I follow everything except the multivariat regression. How is that performed?Covariance. The players who get on base a lot tend to be the guys who SLG a lot. That is to say that they overlap. When you just look at one when running a correlation between OBP and Runs, the effect of the other one is still there, but you aren't giving it any credit.
But if those two things correlate with each other (teams who get OBP tend to SLG more - or less - than teams who don't), and OBP and SLG do correlate, then you are still capturing a lot of the other one's effect even though you aren't measuring it directly. So if you want to look at them at the same time, you have to get rid of the part that overlaps or you'd count it twice.
- A vs C have a correlation of .7
- B vs C have a correlation of .5
If you look at A & B together, your correlation isn't going to be 1.2 (that's impossible!). Instead, you are going to have to divide up that overlap.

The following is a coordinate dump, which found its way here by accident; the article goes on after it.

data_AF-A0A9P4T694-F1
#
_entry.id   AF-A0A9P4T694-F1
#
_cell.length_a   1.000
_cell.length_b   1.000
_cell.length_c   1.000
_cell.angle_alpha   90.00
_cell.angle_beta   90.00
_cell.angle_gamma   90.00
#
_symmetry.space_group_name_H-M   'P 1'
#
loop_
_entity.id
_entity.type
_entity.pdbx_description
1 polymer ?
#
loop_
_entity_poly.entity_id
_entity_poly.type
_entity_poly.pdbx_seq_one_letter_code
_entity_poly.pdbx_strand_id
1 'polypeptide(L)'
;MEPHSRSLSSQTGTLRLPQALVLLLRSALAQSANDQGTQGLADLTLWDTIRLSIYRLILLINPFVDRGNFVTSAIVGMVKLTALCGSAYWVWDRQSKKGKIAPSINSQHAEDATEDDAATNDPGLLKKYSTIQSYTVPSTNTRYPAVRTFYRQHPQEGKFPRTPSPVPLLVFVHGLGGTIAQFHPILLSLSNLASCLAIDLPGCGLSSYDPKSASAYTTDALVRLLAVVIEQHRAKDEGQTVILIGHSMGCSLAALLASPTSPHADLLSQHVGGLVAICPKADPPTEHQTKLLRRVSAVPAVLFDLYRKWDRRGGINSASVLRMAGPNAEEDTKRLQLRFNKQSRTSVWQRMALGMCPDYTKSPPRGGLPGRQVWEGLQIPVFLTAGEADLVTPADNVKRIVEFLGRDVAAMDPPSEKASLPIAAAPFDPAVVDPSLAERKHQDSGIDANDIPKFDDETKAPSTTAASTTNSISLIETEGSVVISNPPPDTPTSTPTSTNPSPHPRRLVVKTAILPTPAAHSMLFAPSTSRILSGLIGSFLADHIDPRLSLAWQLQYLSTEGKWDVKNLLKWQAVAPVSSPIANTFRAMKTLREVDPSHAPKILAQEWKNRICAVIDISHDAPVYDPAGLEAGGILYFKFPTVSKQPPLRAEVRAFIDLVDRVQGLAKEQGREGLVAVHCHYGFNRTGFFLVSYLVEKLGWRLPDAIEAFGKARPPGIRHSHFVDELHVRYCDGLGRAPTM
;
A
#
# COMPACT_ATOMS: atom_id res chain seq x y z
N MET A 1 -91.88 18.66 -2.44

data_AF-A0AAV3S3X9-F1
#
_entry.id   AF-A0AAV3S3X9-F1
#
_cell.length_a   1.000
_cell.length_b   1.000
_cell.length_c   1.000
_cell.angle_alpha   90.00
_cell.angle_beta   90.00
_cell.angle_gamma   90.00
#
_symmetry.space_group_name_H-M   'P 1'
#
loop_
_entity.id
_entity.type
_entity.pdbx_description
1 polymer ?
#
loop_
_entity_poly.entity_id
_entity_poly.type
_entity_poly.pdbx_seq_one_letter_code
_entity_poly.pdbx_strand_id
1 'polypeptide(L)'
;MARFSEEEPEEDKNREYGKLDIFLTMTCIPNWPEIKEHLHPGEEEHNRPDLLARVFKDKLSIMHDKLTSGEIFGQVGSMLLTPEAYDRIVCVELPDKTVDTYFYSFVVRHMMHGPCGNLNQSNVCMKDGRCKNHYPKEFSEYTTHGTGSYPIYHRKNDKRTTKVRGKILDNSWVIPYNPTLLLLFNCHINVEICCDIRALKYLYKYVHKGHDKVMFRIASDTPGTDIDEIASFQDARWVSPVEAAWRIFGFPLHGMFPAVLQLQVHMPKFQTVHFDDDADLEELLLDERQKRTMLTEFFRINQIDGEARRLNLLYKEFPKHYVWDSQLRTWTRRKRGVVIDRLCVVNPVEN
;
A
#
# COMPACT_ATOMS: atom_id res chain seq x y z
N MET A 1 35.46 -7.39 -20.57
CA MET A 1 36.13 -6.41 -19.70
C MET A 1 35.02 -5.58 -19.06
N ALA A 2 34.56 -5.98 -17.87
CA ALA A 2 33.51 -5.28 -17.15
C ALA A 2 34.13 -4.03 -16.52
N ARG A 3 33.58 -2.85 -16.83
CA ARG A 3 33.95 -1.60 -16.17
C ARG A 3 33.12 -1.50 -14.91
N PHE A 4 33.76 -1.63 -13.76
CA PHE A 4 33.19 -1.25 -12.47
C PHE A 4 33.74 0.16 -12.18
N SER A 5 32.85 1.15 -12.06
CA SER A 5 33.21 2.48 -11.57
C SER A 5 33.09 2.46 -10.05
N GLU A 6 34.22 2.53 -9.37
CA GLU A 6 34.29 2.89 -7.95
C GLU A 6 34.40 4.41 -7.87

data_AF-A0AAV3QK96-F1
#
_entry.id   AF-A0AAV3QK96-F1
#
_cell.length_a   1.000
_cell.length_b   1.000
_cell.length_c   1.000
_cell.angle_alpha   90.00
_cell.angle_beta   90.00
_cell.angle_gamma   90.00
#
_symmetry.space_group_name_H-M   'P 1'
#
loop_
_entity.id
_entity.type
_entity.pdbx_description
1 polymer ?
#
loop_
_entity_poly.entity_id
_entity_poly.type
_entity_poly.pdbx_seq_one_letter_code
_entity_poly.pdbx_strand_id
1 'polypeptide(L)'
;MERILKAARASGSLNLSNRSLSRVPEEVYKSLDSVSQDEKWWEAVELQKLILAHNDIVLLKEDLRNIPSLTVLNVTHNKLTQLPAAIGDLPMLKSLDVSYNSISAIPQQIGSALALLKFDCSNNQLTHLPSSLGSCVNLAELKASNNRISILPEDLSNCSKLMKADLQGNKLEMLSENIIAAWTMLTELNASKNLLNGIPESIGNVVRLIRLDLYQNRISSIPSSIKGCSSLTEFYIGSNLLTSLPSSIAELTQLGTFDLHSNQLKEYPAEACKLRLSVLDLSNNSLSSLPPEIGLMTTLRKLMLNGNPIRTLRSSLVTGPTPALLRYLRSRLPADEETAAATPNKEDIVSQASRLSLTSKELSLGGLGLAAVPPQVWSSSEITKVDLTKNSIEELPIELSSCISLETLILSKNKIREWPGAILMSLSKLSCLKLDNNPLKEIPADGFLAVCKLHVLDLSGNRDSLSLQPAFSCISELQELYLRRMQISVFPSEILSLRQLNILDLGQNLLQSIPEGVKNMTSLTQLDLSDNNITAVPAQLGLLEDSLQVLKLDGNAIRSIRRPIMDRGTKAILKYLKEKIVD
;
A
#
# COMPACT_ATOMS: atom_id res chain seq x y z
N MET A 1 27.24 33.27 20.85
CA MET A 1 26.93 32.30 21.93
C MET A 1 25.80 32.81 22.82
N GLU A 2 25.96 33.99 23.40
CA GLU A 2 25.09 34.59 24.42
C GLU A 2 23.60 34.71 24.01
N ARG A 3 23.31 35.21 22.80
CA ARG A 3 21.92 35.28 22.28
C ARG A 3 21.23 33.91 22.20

Let's say that you re-run your analysis look at A and B at the same time to try and predict C.
- A and B together vs C has a correlation of .8
However, when you run a multivariate regression, you also get regression coefficients. Essentially, these tell you the component pieces of that overall model correlation. The process of running the regression tells you were the overlap is and gets rid of it so that the pieces fit together squarely.
So your new overall correlation of .8 is explained by taking 3 parts of A to every 1 part of B. Tthat's not .6 correlation and .2 correlation, mind you. That is to say that a change in OBP has 3 times the effect on run scoring as a similarly scaled change in SLG.
I don't know if that's actually the right ratio for runs and slugging (I thought it was more like 1.5:1), but that's covariance in a nutshell.